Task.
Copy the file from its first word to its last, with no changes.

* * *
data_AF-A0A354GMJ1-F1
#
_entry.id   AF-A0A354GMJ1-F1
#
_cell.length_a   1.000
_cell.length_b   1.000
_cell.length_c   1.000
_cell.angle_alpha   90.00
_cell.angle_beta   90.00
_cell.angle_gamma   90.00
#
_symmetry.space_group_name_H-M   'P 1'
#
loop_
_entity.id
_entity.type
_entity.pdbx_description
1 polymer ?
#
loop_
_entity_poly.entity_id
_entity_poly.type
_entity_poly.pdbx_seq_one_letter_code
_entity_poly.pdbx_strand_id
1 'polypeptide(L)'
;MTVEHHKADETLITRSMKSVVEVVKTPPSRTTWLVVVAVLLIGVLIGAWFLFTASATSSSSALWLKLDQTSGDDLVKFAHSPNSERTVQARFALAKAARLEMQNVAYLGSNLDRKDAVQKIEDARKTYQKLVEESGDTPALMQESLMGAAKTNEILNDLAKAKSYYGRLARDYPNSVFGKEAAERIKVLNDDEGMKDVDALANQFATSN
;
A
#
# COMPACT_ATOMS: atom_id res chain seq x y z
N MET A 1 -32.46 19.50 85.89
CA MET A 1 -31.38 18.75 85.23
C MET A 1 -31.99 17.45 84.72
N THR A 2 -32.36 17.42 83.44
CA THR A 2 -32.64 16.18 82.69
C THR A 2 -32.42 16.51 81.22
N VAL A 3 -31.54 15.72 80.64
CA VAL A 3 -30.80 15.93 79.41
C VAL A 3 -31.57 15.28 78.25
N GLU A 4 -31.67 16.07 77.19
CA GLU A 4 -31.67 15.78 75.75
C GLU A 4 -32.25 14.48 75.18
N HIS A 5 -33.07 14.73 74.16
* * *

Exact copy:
data_AF-A0A354GMJ1-F1
#
_entry.id   AF-A0A354GMJ1-F1
#
_cell.length_a   1.000
_cell.length_b   1.000
_cell.length_c   1.000
_cell.angle_alpha   90.00
_cell.angle_beta   90.00
_cell.angle_gamma   90.00
#
_symmetry.space_group_name_H-M   'P 1'
#
loop_
_entity.id
_entity.type
_entity.pdbx_description
1 polymer ?
#
loop_
_entity_poly.entity_id
_entity_poly.type
_entity_poly.pdbx_seq_one_letter_code
_entity_poly.pdbx_strand_id
1 'polypeptide(L)'
;MTVEHHKADETLITRSMKSVVEVVKTPPSRTTWLVVVAVLLIGVLIGAWFLFTASATSSSSALWLKLDQTSGDDLVKFAHSPNSERTVQARFALAKAARLEMQNVAYLGSNLDRKDAVQKIEDARKTYQKLVEESGDTPALMQESLMGAAKTNEILNDLAKAKSYYGRLARDYPNSVFGKEAAERIKVLNDDEGMKDVDALANQFATSN
;
A
#
# COMPACT_ATOMS: atom_id res chain seq x y z
N MET A 1 -32.46 19.50 85.89
CA MET A 1 -31.38 18.75 85.23
C MET A 1 -31.99 17.45 84.72
N THR A 2 -32.36 17.42 83.44
CA THR A 2 -32.64 16.18 82.69
C THR A 2 -32.42 16.51 81.22
N VAL A 3 -31.54 15.72 80.64
CA VAL A 3 -30.80 15.93 79.41
C VAL A 3 -31.57 15.28 78.25
N GLU A 4 -31.67 16.07 77.19
CA GLU A 4 -31.67 15.78 75.75
C GLU A 4 -32.25 14.48 75.18
N HIS A 5 -33.07 14.73 74.16